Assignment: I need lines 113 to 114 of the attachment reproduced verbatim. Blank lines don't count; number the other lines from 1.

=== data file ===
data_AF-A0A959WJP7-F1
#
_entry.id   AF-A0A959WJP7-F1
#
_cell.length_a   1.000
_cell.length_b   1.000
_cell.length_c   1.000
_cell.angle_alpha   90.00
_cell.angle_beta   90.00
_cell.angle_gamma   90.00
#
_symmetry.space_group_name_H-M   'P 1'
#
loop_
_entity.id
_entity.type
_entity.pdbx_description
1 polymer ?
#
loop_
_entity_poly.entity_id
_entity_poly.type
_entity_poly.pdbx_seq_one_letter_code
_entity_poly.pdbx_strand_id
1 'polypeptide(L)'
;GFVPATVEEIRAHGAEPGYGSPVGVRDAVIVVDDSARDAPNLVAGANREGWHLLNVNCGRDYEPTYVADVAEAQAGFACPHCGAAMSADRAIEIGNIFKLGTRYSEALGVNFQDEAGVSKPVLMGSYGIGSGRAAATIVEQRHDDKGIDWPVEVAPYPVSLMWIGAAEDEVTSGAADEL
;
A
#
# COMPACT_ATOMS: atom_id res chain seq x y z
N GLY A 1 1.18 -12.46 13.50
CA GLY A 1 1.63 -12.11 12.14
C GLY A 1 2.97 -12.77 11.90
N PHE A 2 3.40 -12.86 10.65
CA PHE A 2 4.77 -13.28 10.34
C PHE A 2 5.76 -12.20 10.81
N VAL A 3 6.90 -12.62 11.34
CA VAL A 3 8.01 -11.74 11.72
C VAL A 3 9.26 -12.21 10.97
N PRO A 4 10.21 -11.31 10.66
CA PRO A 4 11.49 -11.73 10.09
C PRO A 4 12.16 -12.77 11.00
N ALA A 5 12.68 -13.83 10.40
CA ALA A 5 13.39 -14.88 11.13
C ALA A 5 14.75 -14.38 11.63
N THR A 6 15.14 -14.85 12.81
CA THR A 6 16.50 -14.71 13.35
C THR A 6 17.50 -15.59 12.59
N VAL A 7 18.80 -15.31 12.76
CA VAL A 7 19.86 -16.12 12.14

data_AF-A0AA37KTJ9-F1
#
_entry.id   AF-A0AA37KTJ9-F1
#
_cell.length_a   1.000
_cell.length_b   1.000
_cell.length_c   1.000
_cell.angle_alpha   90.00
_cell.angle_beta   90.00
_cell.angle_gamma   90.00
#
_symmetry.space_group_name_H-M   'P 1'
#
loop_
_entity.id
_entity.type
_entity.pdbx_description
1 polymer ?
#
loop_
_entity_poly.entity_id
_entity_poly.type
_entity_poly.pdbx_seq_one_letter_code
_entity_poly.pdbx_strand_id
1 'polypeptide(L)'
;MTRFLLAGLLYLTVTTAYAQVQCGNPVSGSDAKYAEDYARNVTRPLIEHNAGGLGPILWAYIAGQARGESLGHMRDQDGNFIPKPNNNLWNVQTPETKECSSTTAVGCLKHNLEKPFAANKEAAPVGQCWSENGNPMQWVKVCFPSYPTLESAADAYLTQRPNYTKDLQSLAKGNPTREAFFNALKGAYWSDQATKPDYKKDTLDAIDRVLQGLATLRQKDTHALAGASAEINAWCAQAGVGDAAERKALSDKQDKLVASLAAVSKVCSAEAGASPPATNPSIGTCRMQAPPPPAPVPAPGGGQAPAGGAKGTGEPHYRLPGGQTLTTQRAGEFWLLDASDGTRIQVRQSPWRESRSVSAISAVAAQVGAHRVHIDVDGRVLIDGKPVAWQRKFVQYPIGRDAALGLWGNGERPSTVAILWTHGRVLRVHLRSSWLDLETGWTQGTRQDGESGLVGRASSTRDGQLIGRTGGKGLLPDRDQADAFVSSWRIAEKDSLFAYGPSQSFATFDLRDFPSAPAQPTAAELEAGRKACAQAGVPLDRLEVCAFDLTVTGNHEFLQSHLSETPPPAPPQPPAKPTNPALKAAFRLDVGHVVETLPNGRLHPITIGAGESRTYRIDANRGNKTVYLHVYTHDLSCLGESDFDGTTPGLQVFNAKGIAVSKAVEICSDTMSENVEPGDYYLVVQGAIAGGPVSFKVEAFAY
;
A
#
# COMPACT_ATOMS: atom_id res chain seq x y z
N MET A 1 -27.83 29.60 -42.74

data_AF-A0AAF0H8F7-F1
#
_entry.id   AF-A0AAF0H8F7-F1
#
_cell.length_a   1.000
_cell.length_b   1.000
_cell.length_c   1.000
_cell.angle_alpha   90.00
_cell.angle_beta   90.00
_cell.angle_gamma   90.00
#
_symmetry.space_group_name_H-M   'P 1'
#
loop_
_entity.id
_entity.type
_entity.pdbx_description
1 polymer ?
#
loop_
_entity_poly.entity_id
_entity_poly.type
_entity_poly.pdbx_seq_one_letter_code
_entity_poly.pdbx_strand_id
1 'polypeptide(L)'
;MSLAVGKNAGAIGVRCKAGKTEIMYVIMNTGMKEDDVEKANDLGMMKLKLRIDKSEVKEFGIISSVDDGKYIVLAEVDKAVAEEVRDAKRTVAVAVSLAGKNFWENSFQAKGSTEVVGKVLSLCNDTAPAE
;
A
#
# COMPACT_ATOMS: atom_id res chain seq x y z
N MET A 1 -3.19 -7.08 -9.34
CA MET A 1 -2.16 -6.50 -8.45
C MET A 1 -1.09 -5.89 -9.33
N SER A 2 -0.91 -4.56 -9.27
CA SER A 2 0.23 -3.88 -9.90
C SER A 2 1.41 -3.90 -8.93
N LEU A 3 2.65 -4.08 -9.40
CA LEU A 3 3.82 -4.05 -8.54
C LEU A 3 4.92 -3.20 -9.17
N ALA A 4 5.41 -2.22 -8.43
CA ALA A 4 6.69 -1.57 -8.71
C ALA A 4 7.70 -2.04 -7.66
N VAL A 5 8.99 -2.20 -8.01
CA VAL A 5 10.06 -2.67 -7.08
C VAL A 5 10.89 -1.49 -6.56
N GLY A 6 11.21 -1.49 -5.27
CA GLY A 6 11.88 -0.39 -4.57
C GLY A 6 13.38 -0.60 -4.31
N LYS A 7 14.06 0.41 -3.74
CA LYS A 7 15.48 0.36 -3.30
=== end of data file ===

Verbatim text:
CA MET A 1 -2.16 -6.50 -8.45
C MET A 1 -1.09 -5.89 -9.33